Orange Countys 31 Scariest People

Hordes of the menacing insects have infiltrated Orange County in recent months. In isolated instances, people and animals have been stung to death by killer bees. Just one fire-ant sting can lead to chest pains, nausea, severe sweating, loss of breath, serious swelling or slurred speech—and if you don't get immediate emergency medical attention, it could be curtains. So it'd be best to avoid either pest. But which is scarier? To ascertain the answer, we turned to the Jim Washburn Principle. Washburn, a former Weekly scribe, once wondered in these pages what would be worse: a giant ant or a giant dog (we're talking garage-sized). The general consensus was that giant ants would be much more threatening because you can outrun and outthink a dog, while ants are intelligent, relentless buggers that can lift 10 times their own weight. So how about giant killer bees vs. giant fire ants? Yes, relentless attacks from the sky by Messerschmitt-sized bees would be a bitch. But experts agree the Africanized bee's "killer" reputation is greatly exaggerated. Fire ants, by contrast, are as aggressive as the Reverend Robert "Boom Boom" Schuller around a plate of first-class cheese and will defend their mounds from any threat—even a perceived one that's a great distance away. They will rush out by the thousands and sting anything within reach, some holding you with their ruthlessly strong jaws while their comrades administer multiple potentially deadly stings. Now that's scary! MITIGATING FACTOR: Y2K will wipe our species out long before we have to worry about either threat.


It's strange enough to see a dark-featured, widow's-peaked man walking maniacally through the streets of OC. But when said man is wearing a three-quarters-length cape and leather gloves among people who consider Etnies dress shoes and walking anywhere weird—now that's downright unsettling. And when Robby Longley takes off the black gloves, you notice the long, perfectly manicured nails on his right hand, nails painted with layer upon layer of nail hardener, so thick that each calcium cap reflects traces of light with a rocket's gleam; his left hand's nails are normal, tightly clipped. To look him in the eye is to be crucified by a gaze of relentless intensity; there is something commanding in it, and yet one gets the feeling that someone else is behind the eyes, as if Longley's body is on autopilot while his soul travels other galaxies. But what is scariest about Longley is his otherworldly mastery of the guitar. He is a self-taught flamenco guitaristaof unmatched technique and frothing passion. When he plays, his right hand isn't a thing of flesh and blood anymore; it's an engine, performing rasgueados and tremolos with inhuman efficiency. The soaring compositions of Robby Longley leave his guitar's sound hole and go directly into the gutbucket of sentient beings. He's the Cat-daddy of scary on six-string. MITIGATING FACTOR: We like inhuman efficiency.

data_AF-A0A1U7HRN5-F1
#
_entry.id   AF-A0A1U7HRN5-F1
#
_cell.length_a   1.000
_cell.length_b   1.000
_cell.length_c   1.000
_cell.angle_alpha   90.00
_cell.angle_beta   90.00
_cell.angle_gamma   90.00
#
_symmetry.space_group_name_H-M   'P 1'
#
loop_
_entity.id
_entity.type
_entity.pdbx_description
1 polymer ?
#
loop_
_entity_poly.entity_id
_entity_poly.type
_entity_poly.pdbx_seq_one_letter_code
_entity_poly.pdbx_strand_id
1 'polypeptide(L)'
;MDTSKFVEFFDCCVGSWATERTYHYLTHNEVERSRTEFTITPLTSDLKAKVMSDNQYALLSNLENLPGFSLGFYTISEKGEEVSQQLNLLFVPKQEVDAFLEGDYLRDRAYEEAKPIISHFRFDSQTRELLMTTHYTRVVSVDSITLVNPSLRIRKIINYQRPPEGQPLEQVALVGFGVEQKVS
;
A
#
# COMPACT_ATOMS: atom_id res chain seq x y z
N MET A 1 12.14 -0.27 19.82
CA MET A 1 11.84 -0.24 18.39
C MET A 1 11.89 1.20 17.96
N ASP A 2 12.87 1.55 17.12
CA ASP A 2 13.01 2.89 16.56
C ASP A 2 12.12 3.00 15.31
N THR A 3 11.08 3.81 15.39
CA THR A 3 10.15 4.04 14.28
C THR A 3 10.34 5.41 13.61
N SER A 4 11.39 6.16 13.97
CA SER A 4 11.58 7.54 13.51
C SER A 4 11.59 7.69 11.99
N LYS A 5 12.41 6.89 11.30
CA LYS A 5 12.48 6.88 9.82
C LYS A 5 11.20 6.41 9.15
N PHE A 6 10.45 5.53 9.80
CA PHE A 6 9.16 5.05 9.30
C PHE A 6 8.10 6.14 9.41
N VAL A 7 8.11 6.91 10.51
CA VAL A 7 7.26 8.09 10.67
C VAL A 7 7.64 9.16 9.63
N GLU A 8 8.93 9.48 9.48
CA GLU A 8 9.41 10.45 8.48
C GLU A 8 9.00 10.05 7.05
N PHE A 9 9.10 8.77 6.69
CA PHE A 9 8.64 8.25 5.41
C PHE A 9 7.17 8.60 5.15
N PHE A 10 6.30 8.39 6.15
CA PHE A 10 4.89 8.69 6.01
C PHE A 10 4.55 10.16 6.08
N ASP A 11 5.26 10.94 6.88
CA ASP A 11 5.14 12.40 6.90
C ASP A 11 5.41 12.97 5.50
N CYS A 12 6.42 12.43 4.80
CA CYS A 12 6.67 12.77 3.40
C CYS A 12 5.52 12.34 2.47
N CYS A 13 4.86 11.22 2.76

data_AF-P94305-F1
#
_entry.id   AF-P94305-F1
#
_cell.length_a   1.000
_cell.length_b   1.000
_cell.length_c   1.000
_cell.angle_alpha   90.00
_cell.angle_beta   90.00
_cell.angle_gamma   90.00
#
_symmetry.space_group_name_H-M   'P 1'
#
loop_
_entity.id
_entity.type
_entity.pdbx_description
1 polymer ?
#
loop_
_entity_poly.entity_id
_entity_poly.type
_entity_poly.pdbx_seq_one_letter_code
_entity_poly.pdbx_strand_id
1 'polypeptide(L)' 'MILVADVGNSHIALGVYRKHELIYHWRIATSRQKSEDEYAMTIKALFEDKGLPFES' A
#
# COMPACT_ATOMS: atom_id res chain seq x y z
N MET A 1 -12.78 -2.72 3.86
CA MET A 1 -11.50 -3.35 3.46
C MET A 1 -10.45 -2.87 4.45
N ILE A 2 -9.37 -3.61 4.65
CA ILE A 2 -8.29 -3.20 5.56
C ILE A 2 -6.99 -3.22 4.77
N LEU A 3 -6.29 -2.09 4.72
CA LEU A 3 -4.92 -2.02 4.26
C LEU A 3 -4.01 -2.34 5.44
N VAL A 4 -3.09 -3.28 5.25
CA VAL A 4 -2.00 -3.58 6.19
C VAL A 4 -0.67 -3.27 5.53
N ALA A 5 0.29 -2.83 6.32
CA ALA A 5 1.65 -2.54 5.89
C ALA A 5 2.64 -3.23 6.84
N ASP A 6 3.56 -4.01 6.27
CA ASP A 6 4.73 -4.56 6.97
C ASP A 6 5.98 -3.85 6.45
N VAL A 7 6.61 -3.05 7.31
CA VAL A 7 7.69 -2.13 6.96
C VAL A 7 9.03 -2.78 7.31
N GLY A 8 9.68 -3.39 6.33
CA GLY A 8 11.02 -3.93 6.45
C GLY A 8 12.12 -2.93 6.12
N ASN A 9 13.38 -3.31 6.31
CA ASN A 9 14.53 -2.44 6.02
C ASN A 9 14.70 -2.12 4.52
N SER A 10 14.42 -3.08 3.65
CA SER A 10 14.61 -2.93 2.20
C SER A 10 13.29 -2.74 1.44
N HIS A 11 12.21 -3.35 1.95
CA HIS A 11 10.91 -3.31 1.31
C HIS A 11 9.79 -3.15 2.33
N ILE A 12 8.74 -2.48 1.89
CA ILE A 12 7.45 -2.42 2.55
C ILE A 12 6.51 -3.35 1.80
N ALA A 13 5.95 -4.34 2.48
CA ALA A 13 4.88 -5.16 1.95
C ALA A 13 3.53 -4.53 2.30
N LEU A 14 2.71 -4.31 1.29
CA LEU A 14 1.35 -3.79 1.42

Donald Bren is the richest man in Orange County and sole shareholder of the Irvine Co., the county's largest real-estate development outfit. A millionaire 3,250 times over, Bren apparently feels the fortune is still not enough; the reclusive fellow squeezes out every possible penny of profit by cramming near-zero-lot-line homes on his properties. Bren never met a government—particularly a Republican-controlled one—that his well-oiled lobbying machine couldn't manipulate for publicly subsidized sweetheart deals. He is perhaps single-handedly responsible for a majority of the concrete that covers coastal Orange County, yet Irvine Co. PR says their boss considers himself an environmentalist—even as his army of bulldozers wrecks the last open space between Corona del Mar and Laguna Beach. MITIGATING FACTOR: He suffers from a pronounced case of self-delusion.


Kurt Warner's route to NFL stardom is as circuitous as it is inspiring. He started only one season for college-football pip-squeak Northern Iowa, after which he tried out for and was cut by both NFL and Canadian Football League teams. He was almost cut by the Iowa Barnstormers of gridiron carney outfit the Arena Football League but managed to stick and eventually star. Then, because of a season-ending injury to St. Louis Rams starter Trent Green, Warner was thrown into the starting role, where everyone assumed he'd be crushed. Instead, a month into the season, he'd led the Rams to a 4-0 record, was the highest-rated quarterback in the league and had thrown 14 touchdown passes; Ram quarterbacks threw all of 12 TD passes last season. As we say, this is all very nice and inspirational. Except here, where it sucks. The St. Louis Rams used to be our Rams, and the one consolation for losing them was that they were always so bad. They averaged just under 11 losses per year in the '90s. But now, with Mr. Wonderful, the Rams appear playoff-bound. In fact, with NFL parity at an all-time high—because quality of play is at an all-time low—this is just the kind of year that a young upstart team with a charismatic quarterback could make it to the—wait for it, here it comes—Super Bowl. When does the hurting stop? MITIGATING FACTOR: What, are we nuts? They're still the Rams.

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